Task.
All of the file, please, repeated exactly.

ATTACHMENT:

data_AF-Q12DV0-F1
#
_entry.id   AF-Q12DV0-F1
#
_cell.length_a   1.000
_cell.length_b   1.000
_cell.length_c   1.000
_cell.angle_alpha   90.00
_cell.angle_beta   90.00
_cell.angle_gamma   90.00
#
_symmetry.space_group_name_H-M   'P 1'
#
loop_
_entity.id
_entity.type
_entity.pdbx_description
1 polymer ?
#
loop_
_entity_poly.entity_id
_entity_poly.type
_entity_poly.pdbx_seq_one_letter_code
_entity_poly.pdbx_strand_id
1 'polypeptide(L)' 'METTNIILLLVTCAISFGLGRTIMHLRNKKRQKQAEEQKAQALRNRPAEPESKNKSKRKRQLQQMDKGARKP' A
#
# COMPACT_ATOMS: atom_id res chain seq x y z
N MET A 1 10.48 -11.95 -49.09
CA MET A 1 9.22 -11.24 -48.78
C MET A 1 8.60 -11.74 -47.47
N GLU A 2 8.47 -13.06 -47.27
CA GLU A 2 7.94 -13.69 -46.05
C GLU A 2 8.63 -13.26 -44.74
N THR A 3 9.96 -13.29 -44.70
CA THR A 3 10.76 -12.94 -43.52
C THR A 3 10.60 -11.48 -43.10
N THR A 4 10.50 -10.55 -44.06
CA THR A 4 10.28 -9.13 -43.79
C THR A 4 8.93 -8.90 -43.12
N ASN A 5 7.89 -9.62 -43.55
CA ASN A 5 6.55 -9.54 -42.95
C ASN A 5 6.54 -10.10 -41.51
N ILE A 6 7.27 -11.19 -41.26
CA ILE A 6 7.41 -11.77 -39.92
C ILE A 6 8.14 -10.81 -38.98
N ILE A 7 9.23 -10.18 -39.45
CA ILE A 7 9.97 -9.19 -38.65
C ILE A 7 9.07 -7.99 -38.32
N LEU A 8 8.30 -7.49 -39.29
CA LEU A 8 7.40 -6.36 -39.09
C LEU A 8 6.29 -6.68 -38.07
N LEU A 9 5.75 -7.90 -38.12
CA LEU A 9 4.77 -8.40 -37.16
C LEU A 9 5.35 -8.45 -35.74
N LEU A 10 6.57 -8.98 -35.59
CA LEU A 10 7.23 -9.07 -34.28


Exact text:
data_AF-Q12DV0-F1
#
_entry.id   AF-Q12DV0-F1
#
_cell.length_a   1.000
_cell.length_b   1.000
_cell.length_c   1.000
_cell.angle_alpha   90.00
_cell.angle_beta   90.00
_cell.angle_gamma   90.00
#
_symmetry.space_group_name_H-M   'P 1'
#
loop_
_entity.id
_entity.type
_entity.pdbx_description
1 polymer ?
#
loop_
_entity_poly.entity_id
_entity_poly.type
_entity_poly.pdbx_seq_one_letter_code
_entity_poly.pdbx_strand_id
1 'polypeptide(L)' 'METTNIILLLVTCAISFGLGRTIMHLRNKKRQKQAEEQKAQALRNRPAEPESKNKSKRKRQLQQMDKGARKP' A
#
# COMPACT_ATOMS: atom_id res chain seq x y z
N MET A 1 10.48 -11.95 -49.09
CA MET A 1 9.22 -11.24 -48.78
C MET A 1 8.60 -11.74 -47.47
N GLU A 2 8.47 -13.06 -47.27
CA GLU A 2 7.94 -13.69 -46.05
C GLU A 2 8.63 -13.26 -44.74
N THR A 3 9.96 -13.29 -44.70
CA THR A 3 10.76 -12.94 -43.52
C THR A 3 10.60 -11.48 -43.10
N THR A 4 10.50 -10.55 -44.06
CA THR A 4 10.28 -9.13 -43.79
C THR A 4 8.93 -8.90 -43.12
N ASN A 5 7.89 -9.62 -43.55
CA ASN A 5 6.55 -9.54 -42.95
C ASN A 5 6.54 -10.10 -41.51
N ILE A 6 7.27 -11.19 -41.26
CA ILE A 6 7.41 -11.77 -39.92
C ILE A 6 8.14 -10.81 -38.98
N ILE A 7 9.23 -10.18 -39.45
CA ILE A 7 9.97 -9.19 -38.65
C ILE A 7 9.07 -7.99 -38.32
N LEU A 8 8.30 -7.49 -39.29
CA LEU A 8 7.40 -6.36 -39.09
C LEU A 8 6.29 -6.68 -38.07
N LEU A 9 5.75 -7.90 -38.12
CA LEU A 9 4.77 -8.40 -37.16
C LEU A 9 5.35 -8.45 -35.74
N LEU A 10 6.57 -8.98 -35.59
CA LEU A 10 7.23 -9.07 -34.28